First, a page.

Something gets in my head, I can’t let it go. Like that piece of meat stuck between two teeth when there’s no floss handy; you pick and suck but never free it all...

coiled snakes in the dark
The Nest

Published in October Mountain: An Anthology of Berkshire Writers
Paul Metcalf, Ed.

She has an irrational fear of snakes. He wants to protect his new bride at all costs.

Better watch out for what’s hidden under the steps.

cemetary statue
Your Mother Should Know

Published in Stress City: A Big Book of Fiction by 51 DC Guys
Richard Peabody, Ed.

“Jay’s mother died seven years ago, on Mother’s Day. . . . Her death raised myriad feelings in Jay. He felt abandoned and betrayed. He felt as if the earth had turned to quicksand beneath his feet. Like some medieval surgeon had carved a hole in his gut, reached in and grabbed the thing at the core of him, yanked it out and tossed it onto the scrap heap. And this: relieved...

“Now she stood in the middle of the living room of the house she’d died in. Jay had no doubt it was her, although he couldn’t say why, exactly. Her looks, of course. And something else that went deeper. She was his mother.”

TEACHING

Mark has taught at Johns Hopkins since 1998, first as fiction advisor and then assistant director of the MA in Writing program before becoming director of the new Teaching Writing program in 2016, and recently taking over as director of the MA in Writing program in July, 2018.



Johns Hopkins University
M.A. in Teaching Writing

The Master of Arts in Teaching Writing Program is a flexible, part-time program of online classes and face-to-face residencies, infused with the prestige, quality and value of Johns Hopkins University.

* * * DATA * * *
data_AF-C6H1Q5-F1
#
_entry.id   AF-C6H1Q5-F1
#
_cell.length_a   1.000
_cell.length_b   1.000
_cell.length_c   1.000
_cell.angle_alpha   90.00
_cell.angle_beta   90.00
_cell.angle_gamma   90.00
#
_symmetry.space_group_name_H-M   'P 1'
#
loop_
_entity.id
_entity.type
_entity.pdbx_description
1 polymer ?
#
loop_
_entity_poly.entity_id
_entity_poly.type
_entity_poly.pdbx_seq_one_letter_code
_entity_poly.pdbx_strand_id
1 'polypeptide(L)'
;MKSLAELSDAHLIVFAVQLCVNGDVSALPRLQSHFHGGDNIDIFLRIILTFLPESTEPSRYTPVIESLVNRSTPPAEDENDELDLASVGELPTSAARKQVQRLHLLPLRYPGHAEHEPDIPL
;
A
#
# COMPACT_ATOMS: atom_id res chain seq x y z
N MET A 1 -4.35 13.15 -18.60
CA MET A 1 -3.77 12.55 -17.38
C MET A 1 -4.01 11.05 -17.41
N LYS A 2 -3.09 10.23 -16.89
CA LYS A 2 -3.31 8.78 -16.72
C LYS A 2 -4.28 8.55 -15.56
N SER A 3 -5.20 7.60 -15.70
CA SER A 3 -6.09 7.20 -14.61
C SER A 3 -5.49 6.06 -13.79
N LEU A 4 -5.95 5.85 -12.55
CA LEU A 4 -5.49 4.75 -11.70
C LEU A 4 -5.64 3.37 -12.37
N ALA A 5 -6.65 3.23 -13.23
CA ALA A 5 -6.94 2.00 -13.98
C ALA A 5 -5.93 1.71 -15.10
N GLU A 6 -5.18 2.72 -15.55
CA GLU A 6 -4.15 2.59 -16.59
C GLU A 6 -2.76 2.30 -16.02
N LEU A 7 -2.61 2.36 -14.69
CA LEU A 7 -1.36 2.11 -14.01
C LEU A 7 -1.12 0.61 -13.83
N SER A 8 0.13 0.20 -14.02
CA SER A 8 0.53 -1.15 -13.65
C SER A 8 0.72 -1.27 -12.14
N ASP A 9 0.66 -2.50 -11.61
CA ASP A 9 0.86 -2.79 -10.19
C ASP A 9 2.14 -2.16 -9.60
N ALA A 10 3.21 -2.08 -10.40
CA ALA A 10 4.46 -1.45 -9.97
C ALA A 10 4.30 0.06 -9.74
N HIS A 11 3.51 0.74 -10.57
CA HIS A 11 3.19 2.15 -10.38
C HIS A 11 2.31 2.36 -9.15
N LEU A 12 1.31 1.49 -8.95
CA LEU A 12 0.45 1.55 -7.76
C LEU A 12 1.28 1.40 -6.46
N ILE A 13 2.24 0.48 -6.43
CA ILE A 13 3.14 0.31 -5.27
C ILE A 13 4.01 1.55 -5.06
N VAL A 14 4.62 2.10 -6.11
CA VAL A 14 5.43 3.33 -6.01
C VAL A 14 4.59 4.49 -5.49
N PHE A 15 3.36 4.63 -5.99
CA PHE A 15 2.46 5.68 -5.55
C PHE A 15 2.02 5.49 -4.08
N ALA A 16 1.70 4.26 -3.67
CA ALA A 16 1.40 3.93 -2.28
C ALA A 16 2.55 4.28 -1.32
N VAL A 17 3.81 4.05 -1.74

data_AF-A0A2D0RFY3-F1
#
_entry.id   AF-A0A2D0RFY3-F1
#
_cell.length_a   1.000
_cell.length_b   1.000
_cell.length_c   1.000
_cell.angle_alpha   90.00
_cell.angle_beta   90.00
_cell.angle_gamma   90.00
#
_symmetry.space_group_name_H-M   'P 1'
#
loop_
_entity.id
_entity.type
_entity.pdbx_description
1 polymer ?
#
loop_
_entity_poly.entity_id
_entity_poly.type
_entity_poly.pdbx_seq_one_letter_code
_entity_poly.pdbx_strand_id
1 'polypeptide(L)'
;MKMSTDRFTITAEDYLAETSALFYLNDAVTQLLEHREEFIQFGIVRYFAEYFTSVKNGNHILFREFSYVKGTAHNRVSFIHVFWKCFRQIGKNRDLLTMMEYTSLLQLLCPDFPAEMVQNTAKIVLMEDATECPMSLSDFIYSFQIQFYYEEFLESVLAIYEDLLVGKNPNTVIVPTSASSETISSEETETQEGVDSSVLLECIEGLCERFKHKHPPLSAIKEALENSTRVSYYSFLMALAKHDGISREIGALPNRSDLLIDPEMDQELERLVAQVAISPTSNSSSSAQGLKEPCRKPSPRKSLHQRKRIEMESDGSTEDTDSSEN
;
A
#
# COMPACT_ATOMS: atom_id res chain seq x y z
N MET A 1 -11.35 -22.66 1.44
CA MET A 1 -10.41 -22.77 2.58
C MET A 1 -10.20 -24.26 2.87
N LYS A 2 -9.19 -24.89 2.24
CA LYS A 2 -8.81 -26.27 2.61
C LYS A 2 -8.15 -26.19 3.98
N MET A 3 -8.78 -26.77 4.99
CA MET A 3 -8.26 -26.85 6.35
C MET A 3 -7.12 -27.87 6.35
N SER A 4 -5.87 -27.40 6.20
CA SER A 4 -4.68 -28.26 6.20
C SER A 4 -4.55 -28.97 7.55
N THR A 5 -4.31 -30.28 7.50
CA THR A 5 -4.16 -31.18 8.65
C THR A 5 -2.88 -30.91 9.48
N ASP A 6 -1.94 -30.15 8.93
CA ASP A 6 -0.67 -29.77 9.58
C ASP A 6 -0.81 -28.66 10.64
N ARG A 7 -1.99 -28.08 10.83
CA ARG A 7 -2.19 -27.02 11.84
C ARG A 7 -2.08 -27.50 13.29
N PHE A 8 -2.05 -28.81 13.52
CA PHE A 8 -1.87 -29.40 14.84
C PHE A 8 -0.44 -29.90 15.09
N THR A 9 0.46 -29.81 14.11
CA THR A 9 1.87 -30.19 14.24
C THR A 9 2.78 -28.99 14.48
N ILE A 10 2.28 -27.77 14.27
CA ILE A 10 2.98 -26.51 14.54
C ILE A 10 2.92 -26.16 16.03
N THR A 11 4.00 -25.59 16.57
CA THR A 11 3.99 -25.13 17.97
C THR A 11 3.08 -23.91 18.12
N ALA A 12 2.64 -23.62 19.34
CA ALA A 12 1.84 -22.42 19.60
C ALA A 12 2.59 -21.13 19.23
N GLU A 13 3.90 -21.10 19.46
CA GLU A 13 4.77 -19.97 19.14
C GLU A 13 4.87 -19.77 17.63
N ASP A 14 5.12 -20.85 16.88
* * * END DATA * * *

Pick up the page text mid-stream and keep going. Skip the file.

The goal of the MA in Teaching Writing Program is to improve the teaching of writing and student writing at all levels, K-University, and in all disciplines.

Follow the M.A. in Teaching Writing Program on Facebook.

Learn more about the M.A. in Teaching Writing Program
Learn More
Johns Hopkins University
MA in Writing Program, Fiction and Nonfiction

The MA in Writing Program offers concentrations in Fiction and Nonfiction and a myriad of courses in everything from Travel Writing to Novel Writing, and Screenwriting to Poetry, Memoir and Investigative Journalism.

The JHU graduate writing program reflects the school’s international reputation for academic rigor and creative innovation.

Follow the M.A. in Writing Program on Facebook.

Learn more about the M.A. in Writing Program
Learn More
Mark's Career
Program Director, Sr. Lecturer

For more than twenty years, Mark has been a Teacher and Consultant
with the Northern Virginia Writing Project (NWP)
as well as a member of their advisory board.

Three times he received the MA in Writing Program’s
Outstanding Teaching Award, and has also received
the Outstanding Faculty Award from the Advanced Academic Programs.

Mark has recently completed a novel, Manion in Darkness. Read the first chapter here.

Read Mark's Full Bio

On Writing and Teaching Writing

“Fiction Techniques”
Journal of the Virginia Writing Project, Fall 2014
Read Article
“Four Principles Toward Teaching the Craft of Revision”
The National Writing Project Quarterly (NWP)
Read Article
“Note Taking and Note Making in Freshman Composition”
The National Writing Project Quarterly (NWP)
Read Article
“A Short Take on Revision”
The NWP Voice
Read Article
Try a Writing Exercise
An Exercise in Structure

This is the nonfiction version of the fictional short story, “The Nest,” which was published in October Mountain: An Anthology of Berkshire Writers. I’ve also used this piece to build a writing exercise on teaching revision. You can access it here.